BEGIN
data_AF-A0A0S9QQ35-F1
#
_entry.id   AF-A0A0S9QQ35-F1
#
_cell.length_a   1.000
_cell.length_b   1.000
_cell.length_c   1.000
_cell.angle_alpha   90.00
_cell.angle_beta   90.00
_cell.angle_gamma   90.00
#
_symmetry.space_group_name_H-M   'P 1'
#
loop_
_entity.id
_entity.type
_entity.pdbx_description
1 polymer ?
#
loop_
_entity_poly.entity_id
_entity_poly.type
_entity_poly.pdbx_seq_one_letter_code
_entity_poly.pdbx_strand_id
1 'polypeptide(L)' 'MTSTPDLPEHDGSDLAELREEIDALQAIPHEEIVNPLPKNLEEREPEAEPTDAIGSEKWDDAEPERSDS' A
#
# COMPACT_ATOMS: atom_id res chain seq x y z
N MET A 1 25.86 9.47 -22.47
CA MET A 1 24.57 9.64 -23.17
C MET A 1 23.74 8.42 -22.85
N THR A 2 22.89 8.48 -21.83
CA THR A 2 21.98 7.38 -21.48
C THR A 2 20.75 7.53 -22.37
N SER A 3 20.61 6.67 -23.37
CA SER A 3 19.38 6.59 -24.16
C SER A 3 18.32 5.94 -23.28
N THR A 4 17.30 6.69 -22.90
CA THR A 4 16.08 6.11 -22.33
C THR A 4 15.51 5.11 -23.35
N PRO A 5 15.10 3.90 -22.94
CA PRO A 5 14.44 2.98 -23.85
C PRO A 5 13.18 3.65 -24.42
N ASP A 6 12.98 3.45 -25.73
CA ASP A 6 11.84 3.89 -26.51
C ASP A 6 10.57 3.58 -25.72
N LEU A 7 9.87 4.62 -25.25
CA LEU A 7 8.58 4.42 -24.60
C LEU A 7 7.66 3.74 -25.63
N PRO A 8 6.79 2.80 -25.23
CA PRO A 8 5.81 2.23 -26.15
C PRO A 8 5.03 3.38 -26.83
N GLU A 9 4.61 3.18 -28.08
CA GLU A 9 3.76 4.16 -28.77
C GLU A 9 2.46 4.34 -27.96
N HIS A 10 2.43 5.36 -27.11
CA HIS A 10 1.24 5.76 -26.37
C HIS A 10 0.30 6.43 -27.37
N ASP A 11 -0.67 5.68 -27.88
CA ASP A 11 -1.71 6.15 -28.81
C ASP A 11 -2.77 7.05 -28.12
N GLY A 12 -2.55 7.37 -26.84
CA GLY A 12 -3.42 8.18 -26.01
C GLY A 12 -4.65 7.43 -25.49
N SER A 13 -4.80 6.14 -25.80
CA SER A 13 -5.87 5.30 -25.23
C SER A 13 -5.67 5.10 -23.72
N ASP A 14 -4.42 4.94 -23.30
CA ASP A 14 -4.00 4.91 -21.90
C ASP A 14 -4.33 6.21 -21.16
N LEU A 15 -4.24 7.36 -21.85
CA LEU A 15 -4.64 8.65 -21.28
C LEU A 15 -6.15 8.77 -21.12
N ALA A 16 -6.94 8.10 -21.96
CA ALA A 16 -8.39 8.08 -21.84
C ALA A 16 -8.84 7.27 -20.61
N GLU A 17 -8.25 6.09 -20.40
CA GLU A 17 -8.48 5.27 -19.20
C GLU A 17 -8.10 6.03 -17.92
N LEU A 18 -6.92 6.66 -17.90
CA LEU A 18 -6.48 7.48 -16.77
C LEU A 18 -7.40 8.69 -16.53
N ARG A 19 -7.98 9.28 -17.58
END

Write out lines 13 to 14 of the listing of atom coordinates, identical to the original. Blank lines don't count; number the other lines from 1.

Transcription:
#
loop_